Live Here and Prosper

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LIVE HERE AND PROSPER Geography, it seems, is destiny--at least when it comes to America's health disparities. Local differences in things like the food people eat and the health care they receive appear to be more important than income in determining how long they live, according to a new study of mortality in the U.S. Some of the news is bleak: the worst-off Americans have a life span in line with that of people who live in Third World countries. The biggest surprise, says the report's author, Dr. Christopher Murray of the Harvard School of Public Health, is that life-span discrepancies show up most in young and middle-aged adults, not kids or the elderly, who tend to be viewed as at higher risk and are due more to chronic ailments like heart disease and high blood pressure than to factors like homicide and HIV.

Life expectancy Longer Shorter

MINNESOTA, IOWA, THE DAKOTAS, NEBRASKA, MONTANA Despite lower income, rural whites in these states live longer (79 years) than wealthier whites in Middle America (77.9 years)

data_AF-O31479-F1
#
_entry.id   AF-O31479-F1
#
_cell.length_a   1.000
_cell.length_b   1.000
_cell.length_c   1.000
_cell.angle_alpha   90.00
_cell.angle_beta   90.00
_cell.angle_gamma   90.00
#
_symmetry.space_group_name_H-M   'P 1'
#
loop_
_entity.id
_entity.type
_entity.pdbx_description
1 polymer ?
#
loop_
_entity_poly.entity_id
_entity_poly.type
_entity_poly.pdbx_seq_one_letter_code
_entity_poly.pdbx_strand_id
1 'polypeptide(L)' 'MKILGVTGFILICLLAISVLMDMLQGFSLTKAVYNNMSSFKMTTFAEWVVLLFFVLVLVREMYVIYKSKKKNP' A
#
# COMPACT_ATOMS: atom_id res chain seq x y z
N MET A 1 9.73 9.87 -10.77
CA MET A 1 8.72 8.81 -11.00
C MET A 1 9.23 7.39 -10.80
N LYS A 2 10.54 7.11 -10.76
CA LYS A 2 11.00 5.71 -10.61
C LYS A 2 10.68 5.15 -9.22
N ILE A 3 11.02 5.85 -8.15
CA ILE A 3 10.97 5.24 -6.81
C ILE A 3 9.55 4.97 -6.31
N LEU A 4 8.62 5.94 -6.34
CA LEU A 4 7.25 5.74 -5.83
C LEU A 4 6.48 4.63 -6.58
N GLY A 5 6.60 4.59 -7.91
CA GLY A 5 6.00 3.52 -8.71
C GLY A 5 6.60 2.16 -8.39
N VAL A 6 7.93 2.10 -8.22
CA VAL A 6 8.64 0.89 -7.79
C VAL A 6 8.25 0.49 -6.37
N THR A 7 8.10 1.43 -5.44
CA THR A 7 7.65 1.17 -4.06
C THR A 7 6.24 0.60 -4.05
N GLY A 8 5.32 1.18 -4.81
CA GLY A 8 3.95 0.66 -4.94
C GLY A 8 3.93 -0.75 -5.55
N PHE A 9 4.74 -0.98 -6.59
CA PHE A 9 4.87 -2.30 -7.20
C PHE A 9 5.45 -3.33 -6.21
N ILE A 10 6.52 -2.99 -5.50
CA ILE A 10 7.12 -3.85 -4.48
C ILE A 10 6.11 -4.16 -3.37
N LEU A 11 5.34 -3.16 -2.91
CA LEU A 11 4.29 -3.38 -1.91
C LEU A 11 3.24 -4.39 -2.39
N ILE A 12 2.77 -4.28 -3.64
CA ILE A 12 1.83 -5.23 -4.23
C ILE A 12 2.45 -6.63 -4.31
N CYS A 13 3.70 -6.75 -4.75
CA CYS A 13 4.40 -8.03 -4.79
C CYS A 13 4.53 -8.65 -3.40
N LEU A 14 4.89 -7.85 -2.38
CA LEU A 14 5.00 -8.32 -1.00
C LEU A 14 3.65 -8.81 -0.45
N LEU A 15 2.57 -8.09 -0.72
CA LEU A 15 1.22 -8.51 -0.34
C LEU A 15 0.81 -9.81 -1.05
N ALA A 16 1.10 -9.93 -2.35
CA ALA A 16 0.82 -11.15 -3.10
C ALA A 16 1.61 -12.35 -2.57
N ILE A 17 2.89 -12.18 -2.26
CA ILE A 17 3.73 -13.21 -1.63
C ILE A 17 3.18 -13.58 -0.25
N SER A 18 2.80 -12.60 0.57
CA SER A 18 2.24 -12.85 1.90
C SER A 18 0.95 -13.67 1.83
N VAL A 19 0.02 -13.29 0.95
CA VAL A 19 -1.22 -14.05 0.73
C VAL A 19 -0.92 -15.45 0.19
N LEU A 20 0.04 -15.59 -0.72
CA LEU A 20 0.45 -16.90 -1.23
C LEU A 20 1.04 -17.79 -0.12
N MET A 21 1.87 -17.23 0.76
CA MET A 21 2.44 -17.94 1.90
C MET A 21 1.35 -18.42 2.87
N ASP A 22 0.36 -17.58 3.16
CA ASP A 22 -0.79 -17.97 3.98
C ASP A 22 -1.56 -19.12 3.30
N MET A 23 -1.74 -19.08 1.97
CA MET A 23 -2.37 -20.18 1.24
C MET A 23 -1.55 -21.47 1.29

CITIES A 15-yearold urban black male is 3.8 times as likely to die before the age of 60 as an Asian American COLORADO Clear Creek, Eagle, Gilpin, Grand, Jackson, Park and Summit are ranked as the top counties in the nation for longevity (81.3 years on average)

SOUTH DAKOTA Native American men residing here fare the worst, on average living only to age 58 MISSISSIPPI RIVER Life expectancy for counties immediately east and west of the Mississippi River is 76.6 and 77.2, respectively APPALACHIA AND THE MISSISSIPPI VALLEY Low income whites here die on average four years sooner than their neighbors in the rural Northern Plains

RURAL SOUTH The life span of low-income black female residents is 13 years shorter than that of Asian-American women

D.C. AND HAWAII Residents of D.C. have the shortest life expectancy nationwide, at 72 years. Hawaiians have the longest, at 80 years NEW JERSEY Asian-American women living in Bergen County lead the nation in longevity typically reaching 91

Source: Murray C.J.L. et al.: Eight Americas (2006). Public Library of Science Medicine. Figures represent 1997-2001 averages